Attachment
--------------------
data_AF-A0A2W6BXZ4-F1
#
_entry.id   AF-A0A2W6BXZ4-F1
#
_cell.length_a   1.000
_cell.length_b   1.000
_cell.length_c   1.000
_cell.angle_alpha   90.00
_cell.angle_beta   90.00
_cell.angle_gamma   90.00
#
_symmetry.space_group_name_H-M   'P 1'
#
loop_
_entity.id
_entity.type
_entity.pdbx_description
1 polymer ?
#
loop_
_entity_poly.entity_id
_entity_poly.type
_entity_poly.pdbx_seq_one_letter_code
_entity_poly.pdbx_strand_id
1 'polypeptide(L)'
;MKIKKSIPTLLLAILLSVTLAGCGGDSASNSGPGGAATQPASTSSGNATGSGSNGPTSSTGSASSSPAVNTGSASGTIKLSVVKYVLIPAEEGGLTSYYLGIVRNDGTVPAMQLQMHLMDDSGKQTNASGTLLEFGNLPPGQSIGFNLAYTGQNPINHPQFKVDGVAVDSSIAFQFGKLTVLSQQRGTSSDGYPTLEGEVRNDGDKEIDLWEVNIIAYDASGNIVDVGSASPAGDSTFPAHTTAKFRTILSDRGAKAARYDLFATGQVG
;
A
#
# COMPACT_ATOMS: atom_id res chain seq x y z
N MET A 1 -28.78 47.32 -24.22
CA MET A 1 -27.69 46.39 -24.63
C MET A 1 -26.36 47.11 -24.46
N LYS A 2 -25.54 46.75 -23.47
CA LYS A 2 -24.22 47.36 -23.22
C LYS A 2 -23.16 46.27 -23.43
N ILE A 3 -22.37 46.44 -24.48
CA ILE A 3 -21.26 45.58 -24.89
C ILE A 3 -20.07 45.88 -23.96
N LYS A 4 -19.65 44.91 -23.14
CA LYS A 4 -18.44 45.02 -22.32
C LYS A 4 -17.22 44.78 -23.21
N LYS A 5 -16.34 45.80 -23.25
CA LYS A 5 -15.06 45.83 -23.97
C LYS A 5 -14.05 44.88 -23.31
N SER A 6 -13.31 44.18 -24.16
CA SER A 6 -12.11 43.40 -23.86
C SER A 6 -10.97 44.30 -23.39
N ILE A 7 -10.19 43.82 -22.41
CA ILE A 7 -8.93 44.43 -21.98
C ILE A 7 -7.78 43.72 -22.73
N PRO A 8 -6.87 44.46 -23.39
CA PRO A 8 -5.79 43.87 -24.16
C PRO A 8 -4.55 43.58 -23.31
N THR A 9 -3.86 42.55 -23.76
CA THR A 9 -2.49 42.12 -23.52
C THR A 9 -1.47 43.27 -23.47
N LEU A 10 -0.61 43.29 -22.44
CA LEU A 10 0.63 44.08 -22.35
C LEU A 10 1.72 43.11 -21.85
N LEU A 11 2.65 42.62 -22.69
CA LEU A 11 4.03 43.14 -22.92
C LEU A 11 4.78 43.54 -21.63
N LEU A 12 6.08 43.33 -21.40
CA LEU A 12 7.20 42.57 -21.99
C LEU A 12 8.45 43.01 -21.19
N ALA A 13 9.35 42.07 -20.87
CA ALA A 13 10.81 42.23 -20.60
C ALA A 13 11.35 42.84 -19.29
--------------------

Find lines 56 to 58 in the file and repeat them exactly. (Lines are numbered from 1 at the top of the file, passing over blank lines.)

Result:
CA THR A 9 -2.49 42.12 -23.52
C THR A 9 -1.47 43.27 -23.47
N LEU A 10 -0.61 43.29 -22.44